He writes that after the necessary and justified 1967 military victory,
...it’s an open question whether the seemingly endless second phase -- occupation, failed peace negotiations and Jewish settlement of the West Bank -- will lead to Israel’s ultimate defeat...Israeli leaders searched for Arab interlocutors who would negotiate withdrawal in exchange for peace. They found none. That’s when the logic of settlement began to take hold.
...religious nationalists succumbed to ecclesiastical temptation and agitated for Jewish settlement of these territories. Successive Israeli governments gave in to their demands.
...A country once perceived as progressive is now seen by much of the world as illiberal and imperial...It is more complicated than that, of course. For one thing, the Palestinians have done a terrible job of bringing about their own independence....Israel’s government will be forced to make a choice: Give up the settlements, or give up the idea of a democratic Jewish homeland...
...there is something Netanyahu can do: He can have an honest conversation with the Israeli people about the consequences -- military, moral and demographic -- of the settlements. And he can contemplate a notion advanced by a growing number of the country’s security experts: a unilateral pullout of some settlers from the most distant reaches of the West Bank...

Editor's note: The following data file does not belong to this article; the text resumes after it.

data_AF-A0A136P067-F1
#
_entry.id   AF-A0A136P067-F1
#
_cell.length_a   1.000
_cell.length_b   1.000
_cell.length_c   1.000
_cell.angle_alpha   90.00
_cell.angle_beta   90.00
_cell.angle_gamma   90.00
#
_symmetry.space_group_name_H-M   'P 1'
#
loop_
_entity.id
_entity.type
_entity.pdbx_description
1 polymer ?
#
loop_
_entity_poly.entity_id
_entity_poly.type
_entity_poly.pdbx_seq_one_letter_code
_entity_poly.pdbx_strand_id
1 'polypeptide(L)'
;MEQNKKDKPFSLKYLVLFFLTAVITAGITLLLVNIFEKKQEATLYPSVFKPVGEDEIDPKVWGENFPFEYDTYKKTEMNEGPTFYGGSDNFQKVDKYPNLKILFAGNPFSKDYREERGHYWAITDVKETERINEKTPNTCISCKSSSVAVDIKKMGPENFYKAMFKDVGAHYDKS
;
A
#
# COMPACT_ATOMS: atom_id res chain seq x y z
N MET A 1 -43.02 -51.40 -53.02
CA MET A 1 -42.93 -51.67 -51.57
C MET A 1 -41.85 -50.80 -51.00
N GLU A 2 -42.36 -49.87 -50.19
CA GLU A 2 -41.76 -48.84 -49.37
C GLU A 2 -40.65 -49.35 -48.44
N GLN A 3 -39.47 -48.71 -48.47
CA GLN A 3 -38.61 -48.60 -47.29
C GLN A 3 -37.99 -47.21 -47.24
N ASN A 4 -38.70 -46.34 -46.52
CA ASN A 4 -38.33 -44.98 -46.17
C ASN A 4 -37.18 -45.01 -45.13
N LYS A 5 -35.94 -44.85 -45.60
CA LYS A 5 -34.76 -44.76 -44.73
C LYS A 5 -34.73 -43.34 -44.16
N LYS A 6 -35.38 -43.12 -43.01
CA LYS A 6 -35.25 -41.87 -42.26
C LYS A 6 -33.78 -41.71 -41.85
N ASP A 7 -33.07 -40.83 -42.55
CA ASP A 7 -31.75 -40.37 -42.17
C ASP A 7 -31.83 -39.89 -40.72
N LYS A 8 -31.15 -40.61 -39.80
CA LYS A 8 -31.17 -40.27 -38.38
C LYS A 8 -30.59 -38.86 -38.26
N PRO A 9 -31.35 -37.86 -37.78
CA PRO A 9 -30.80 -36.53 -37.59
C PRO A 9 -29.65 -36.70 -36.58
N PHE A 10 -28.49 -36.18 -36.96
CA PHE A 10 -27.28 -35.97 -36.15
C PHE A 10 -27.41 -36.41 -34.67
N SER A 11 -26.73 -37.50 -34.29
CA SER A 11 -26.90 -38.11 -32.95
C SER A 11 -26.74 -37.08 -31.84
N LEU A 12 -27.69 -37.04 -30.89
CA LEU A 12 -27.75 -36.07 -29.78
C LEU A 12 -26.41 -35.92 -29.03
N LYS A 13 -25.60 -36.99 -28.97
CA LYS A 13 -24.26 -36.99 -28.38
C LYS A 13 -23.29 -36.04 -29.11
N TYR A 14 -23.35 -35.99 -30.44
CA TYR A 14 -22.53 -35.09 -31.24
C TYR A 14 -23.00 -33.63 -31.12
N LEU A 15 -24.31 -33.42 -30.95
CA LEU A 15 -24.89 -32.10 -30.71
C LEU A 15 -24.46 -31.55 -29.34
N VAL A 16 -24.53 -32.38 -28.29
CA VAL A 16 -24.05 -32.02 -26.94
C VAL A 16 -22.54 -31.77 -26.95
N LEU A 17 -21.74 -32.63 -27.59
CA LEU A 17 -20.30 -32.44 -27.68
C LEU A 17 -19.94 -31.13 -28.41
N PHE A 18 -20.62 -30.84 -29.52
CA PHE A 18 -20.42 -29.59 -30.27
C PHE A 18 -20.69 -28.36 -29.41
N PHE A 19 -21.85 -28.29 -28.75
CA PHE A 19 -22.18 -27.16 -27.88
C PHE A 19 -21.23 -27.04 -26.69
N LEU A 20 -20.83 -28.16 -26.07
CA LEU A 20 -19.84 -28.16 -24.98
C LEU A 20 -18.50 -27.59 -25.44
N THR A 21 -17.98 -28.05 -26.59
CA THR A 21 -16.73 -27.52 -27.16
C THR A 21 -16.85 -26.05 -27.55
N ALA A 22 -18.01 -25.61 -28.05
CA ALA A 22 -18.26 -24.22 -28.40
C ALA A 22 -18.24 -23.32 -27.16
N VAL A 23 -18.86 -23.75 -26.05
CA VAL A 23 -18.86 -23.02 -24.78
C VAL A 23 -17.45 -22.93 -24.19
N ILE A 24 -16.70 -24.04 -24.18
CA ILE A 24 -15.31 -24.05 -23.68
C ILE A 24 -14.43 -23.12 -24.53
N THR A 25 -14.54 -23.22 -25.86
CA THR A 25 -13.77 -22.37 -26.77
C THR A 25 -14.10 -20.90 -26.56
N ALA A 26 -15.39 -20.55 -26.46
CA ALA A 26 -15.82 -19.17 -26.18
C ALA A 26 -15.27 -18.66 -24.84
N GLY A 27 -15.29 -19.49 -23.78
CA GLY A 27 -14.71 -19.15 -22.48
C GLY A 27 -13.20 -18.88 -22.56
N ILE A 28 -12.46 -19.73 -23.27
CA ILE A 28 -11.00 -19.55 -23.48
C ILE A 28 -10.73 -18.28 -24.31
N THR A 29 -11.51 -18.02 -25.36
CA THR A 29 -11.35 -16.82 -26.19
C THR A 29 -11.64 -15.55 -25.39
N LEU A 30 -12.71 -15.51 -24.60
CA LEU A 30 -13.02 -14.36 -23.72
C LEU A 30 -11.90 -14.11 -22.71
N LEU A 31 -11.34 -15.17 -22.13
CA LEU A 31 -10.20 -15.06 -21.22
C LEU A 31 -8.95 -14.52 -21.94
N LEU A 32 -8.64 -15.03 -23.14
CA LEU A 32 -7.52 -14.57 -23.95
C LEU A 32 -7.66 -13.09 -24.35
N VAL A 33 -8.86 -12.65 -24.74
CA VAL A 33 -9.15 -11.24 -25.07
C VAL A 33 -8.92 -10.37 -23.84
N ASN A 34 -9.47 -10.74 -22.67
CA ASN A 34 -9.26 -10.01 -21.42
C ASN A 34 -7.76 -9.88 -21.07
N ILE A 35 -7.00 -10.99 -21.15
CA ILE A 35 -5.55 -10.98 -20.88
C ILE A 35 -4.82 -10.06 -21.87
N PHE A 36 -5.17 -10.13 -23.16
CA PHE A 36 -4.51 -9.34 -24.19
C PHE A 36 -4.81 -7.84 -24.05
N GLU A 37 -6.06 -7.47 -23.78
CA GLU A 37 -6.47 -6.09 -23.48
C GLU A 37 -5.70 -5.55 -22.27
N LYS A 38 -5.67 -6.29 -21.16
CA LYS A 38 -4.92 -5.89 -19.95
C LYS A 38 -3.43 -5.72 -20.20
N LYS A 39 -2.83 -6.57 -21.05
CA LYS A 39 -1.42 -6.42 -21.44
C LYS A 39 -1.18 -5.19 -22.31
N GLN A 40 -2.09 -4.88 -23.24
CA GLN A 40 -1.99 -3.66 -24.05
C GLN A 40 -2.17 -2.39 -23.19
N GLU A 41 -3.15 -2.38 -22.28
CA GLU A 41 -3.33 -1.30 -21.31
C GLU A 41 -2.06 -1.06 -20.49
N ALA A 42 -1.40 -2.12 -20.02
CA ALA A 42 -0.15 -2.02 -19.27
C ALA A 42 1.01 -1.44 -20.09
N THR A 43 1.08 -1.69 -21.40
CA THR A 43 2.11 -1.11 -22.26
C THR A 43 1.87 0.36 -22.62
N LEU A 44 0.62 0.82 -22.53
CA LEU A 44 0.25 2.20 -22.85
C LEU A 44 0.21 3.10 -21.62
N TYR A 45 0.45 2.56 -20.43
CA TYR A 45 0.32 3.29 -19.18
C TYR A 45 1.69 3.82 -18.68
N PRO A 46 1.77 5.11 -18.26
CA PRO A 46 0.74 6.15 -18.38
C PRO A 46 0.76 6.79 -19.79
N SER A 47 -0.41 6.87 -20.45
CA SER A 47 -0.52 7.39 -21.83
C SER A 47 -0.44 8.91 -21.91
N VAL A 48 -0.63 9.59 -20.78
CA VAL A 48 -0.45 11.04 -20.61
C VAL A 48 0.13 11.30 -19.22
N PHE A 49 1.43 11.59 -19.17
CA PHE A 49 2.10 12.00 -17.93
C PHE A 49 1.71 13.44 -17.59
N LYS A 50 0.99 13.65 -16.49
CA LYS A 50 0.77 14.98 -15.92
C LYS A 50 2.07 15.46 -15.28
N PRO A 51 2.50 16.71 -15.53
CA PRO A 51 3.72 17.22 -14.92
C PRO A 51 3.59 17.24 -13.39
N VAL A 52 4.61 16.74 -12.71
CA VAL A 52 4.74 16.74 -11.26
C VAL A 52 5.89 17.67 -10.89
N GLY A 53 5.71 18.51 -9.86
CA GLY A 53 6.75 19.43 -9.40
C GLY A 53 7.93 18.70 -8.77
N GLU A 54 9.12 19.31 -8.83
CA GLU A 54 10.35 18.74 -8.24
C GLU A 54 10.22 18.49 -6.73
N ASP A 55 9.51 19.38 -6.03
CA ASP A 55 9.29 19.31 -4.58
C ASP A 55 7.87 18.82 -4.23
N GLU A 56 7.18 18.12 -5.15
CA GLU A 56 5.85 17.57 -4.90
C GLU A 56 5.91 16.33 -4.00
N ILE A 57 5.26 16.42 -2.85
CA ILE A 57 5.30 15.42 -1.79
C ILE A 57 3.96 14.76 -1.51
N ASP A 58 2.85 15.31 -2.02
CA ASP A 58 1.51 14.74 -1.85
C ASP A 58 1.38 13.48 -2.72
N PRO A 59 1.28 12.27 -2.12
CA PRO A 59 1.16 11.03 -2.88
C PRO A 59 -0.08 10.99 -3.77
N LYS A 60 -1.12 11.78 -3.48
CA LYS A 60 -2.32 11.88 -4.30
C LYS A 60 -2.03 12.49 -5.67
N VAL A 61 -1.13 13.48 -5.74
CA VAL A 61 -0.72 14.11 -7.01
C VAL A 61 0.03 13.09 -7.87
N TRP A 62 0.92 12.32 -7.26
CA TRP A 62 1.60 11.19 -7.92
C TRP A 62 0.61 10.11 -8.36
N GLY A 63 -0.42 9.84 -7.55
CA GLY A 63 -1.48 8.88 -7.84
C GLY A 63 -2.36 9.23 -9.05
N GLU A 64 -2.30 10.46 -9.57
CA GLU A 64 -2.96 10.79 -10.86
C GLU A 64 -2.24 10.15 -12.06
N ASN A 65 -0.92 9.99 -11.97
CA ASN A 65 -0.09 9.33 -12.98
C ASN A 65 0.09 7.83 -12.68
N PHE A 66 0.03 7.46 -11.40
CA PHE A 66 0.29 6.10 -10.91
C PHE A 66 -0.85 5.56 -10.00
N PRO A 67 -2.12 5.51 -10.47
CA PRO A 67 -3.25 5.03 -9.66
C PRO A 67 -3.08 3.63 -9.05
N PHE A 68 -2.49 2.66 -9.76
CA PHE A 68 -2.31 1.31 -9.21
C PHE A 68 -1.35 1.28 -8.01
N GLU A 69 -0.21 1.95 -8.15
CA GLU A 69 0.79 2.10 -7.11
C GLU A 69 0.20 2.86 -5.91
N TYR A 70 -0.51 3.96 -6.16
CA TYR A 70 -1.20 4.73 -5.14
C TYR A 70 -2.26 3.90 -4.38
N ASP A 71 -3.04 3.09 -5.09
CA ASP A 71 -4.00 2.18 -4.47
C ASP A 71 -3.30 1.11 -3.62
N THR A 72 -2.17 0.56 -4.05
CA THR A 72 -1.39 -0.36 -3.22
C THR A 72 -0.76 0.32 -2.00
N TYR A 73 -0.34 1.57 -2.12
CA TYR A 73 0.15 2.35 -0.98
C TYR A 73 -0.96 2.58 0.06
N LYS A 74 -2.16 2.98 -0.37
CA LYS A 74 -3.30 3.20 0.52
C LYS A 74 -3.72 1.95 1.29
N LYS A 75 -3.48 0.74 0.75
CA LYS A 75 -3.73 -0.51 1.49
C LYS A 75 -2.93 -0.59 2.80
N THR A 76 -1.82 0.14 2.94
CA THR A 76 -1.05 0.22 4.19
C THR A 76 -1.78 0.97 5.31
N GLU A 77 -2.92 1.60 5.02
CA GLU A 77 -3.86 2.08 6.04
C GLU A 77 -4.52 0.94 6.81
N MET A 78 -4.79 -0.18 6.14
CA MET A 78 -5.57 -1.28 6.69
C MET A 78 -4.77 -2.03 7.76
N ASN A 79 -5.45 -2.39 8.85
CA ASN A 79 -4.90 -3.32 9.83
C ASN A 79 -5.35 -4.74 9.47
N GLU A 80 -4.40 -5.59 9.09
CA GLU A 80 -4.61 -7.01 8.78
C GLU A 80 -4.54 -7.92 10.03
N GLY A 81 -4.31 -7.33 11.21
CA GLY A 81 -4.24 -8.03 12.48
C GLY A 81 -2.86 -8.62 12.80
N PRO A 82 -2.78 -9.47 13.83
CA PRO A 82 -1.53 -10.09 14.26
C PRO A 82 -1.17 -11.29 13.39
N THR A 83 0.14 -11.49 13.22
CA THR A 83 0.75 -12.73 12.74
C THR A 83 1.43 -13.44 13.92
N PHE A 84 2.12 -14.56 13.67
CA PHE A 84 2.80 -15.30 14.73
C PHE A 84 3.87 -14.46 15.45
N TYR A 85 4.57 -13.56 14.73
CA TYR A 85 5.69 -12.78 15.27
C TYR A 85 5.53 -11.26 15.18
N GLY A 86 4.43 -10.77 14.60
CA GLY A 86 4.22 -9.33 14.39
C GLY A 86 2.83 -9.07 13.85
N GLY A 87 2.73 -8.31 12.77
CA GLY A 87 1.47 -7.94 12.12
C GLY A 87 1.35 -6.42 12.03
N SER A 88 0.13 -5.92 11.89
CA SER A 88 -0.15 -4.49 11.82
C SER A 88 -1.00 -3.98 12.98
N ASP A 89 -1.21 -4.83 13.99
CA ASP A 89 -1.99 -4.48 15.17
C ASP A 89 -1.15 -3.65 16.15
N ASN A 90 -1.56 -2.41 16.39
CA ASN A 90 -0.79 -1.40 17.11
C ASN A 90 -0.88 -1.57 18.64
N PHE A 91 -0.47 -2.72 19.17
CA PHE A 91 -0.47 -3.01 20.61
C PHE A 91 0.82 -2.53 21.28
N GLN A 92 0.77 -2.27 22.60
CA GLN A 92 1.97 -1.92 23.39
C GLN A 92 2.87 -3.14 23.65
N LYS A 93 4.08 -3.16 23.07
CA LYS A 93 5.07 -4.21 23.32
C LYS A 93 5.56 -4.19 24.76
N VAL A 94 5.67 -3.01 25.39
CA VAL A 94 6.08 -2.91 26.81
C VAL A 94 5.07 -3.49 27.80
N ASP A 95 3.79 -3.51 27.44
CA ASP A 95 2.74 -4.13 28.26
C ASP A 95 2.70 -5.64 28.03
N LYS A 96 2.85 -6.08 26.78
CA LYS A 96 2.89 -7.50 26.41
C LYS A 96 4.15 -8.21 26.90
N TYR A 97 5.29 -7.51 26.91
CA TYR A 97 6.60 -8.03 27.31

My comment there:
Goldberg continues, as does Beinart, et al., to distract attention from the "peace problem" that needs to be solved. Since no "settlement" or even any "occupation" existed prior to June 1967, why did that war break out? Whey was Fatah and the PLO founded in 1964? What were the fedayeen infiltrators doing killing Israelis in 1949-56? If the Jewish communities were to be disbanded and their population expelled, what problem that prevents peace is that solving (and not making Israel's security situation worse, by the way)?
But harping on the term "settlements" can have an advantage. That is, if we apply the term to Arab locations of residency. If Um El-Faham, Rahat, etc. become "Arab settlements", finally we'll have at least semantic equilibrium to discuss who needs to compromise. And is Jordan part of the "Palestinian problem" (just as it was part of the Palestine Mandate) and is its territory part of the equation of compromise?
Of course, the issue of demography isn't as is portrayed as, too, the concern for democracy (I'll soon post on the "Double D Offense"). Goldberg keeps whipping those dead issues because the facts of the matter - and the threat presumed - are not as described.
And, to be honest, there is nothing wrong or immoral in living in, developing and asserting claim to one's historical homeland.